Navigation Links
CDC Issues Guidance for Coping With Lingering Heat
Date:7/25/2011

MONDAY, July 25 (HealthDay News) -- Residents still struggling with extreme hot weather in the Midwest, South and East Coast need to make sure they stay cool and hydrated to prevent heat illnesses and injuries such as heat exhaustion and heat stroke, federal health officials said Monday.

Health problems caused by extreme heat kill an average of 675 people each year in the United States, more than tornadoes, floods, hurricanes, lightning or any other weather event combined, according to the U.S. Centers for Disease Control and Prevention.

People most vulnerable to extreme heat include the elderly, infants and children, the homeless or poor, those with chronic medical conditions and those who work or exercise outdoors.

The CDC offers the following tips for staying safe in extremely hot weather:

  • Keep cool. Air conditioning is the best way to protect against heat illness and injury. If your home isn't air-conditioned, go to air-conditioned public facilities such as libraries and shopping malls.
  • Stay hydrated. Drink cool non-alcoholic beverages and increase your fluid intake regardless of your activity level. Drink more water than normal and don't wait until you're thirsty to drink water. Make sure that other family members, friends and neighbors are drinking enough water.
  • Think safety. Never leave infants, children or pets in parked cars. Check on overweight people, who are more prone to heat illness because they tend to retain more body heat. Others at increased risk include people with chronic health conditions such as heart disease or high blood pressure, and those who take certain types of medications, such as for depression, insomnia or poor circulation. Know the symptoms of heat illnesses and sun overexposure and be prepared to provide first aid treatment.
  • Keep informed. Check local news sources for extreme heat warnings or safety tips, or sign up for free weather alerts to your phone or e-mail.
  • Be careful when exercising or playing sports. "Take breaks; stay hydrated and move physical activities to the cooler parts of the day if they can't be moved indoors," Linda Degutis, director of the CDC's National Center for Injury Prevention and Control, said in a CDC news release. "We encourage people to continue sports and recreational activities as much as possible during this heat wave, but take the necessary steps to prevent heat-related illness and injury."

More information

The U.S. Federal Emergency Management Agency has more about extreme heat.

-- Robert Preidt

SOURCE: U.S. Centers for Disease Control and Prevention, news release, July 25, 2011


'/>"/>
Copyright©2010 ScoutNews,LLC.
All rights reserved

Related medicine news :

1. ADHD, Learning Issues May Be Linked to Secondhand Smoke
2. Emotional, Behavioral Issues Affect Many Kids in Foster Care
3. Breast Cancer Plus Other Health Issues Linked to Worse Outcomes
4. FDA Issues New Rules on Sunscreens
5. Hartford Program issues geriatric social work awards, forms VA partnership
6. Childhood Cancer Therapies Tied to Gastrointestinal Issues
7. MetLife Foundations grant bolsters media coverage for aging issues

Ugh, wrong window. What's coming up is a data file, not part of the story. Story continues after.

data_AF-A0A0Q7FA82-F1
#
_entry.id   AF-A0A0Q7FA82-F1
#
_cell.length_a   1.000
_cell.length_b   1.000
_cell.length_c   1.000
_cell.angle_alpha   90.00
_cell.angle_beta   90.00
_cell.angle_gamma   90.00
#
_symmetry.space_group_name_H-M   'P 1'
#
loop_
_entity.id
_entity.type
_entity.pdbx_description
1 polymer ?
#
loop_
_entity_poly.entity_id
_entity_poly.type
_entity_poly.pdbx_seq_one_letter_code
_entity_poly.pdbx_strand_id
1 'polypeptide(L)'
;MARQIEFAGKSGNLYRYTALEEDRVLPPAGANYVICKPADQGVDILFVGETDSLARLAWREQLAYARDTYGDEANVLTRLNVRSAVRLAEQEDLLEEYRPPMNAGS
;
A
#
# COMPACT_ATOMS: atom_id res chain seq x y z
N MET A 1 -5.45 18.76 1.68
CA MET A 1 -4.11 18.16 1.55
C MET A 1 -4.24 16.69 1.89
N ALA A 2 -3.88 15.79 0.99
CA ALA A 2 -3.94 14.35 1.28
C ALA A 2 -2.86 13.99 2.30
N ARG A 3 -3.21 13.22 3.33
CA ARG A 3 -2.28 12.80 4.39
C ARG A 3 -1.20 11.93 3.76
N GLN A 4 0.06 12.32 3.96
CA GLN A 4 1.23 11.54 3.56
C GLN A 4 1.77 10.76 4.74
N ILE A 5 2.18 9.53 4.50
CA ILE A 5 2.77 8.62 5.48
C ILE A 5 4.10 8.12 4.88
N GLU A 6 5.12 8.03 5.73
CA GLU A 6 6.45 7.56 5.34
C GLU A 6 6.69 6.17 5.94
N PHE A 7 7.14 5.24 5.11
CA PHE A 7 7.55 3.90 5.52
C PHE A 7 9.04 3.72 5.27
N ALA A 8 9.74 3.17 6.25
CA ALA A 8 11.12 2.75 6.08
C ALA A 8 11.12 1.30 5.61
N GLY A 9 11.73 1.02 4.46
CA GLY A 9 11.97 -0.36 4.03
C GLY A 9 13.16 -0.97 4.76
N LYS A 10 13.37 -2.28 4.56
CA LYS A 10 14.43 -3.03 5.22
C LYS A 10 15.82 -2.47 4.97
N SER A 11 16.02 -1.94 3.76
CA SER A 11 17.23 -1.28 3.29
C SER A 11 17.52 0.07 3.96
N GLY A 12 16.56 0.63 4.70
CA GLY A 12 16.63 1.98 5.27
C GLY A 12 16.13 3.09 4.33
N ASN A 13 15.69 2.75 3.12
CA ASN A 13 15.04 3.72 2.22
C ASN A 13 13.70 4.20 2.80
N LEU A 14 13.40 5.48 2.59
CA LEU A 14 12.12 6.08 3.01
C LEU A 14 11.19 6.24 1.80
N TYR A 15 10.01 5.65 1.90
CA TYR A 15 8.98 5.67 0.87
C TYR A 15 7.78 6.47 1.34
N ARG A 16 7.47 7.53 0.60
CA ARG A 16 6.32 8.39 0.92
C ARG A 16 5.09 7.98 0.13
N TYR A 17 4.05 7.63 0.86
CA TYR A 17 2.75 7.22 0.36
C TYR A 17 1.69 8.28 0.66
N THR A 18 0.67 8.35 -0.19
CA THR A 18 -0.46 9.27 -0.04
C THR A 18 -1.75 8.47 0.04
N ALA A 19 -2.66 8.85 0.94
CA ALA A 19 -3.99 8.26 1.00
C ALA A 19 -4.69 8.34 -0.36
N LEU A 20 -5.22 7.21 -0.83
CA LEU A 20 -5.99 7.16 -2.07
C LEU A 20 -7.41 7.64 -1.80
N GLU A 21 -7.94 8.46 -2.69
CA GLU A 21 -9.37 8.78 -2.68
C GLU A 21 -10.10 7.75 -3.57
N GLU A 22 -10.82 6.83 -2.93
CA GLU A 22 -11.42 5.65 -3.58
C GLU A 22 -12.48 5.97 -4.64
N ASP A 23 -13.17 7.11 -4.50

8. Social marketing in public health conference adds emphasis on environmental issues
9. FDA Issues Guidelines for Liquid OTC Medicines
10. Study shows how discrimination hurts: lack of fair treatment leads to obesity issues
11. Brachytherapy, the official journal of ABS, expands to 6 issues in 2011
Post Your Comments:
*Name:
*Comment:
*Email:
(Date:6/24/2016)... , ... June 24, 2016 , ... Those who have ... these feelings, many turn to unhealthy avenues, such as drug or alcohol abuse, as ... Michigan, has released tools for healthy coping following a traumatic event. , Trauma sufferers ...
(Date:6/24/2016)... ... June 24, 2016 , ... Marcy was in a crisis. Her son James, eight, was out ... family verbally and physically. , “When something upset him, he couldn’t control his emotions,” remembers ... would throw rocks at my other children and say he was going to kill them. ...
(Date:6/24/2016)... (PRWEB) , ... June 24, 2016 , ... Global law ... magazine’s 2016 Legal Elite. The attorneys chosen by their peers for this recognition are ... , Seven Greenberg Traurig Shareholders received special honors as members of this year’s Legal ...
(Date:6/24/2016)... ... June 24, 2016 , ... Comfort Keepers® of San Diego, CA is ... Road To Recovery® program to drive cancer patients to and from their cancer treatments. ... the highest quality of life and ongoing independence. Getting to and from medical ...
(Date:6/24/2016)... ... 24, 2016 , ... People across the U.S. are sharpening their pencils and ... essay contest in which patients and their families pay tribute to a genetic counselor ... National Society of Genetic Counselors (NSGC) Annual Education Conference (AEC) this September. , ...
Breaking Medicine News(10 mins):
(Date:6/23/2016)... 23, 2016 Bracket , a leading clinical ... generation clinical outcomes platform, Bracket eCOA (SM) 6.0, at ... 26 – 30, 2016 in Philadelphia , ... Outcome Assessment product of its kind to fully integrate with ... Bracket eCOA 6.0 is a flexible platform for electronic clinical ...
(Date:6/23/2016)... RIDGE, Ill. and INDIANAPOLIS ... of students receiving a Lilly Diabetes Tomorrow,s Leaders Scholarship ... The 2016 scholarship winners, announced today online at ... to let type 1 diabetes stand in the way ... Diabetes has supported the Foundation,s scholarship program since 2012, ...
(Date:6/23/2016)... Revolutionary technology includes multi-speaker listening to conquer ... in advanced audiology and hearing aid technology, has today ... world,s first internet connected hearing aid that opens up ...      (Photo: http://photos.prnewswire.com/prnh/20160622/382240 ) , ... , TwinLink™ - the first dual communication ...
Breaking Medicine Technology: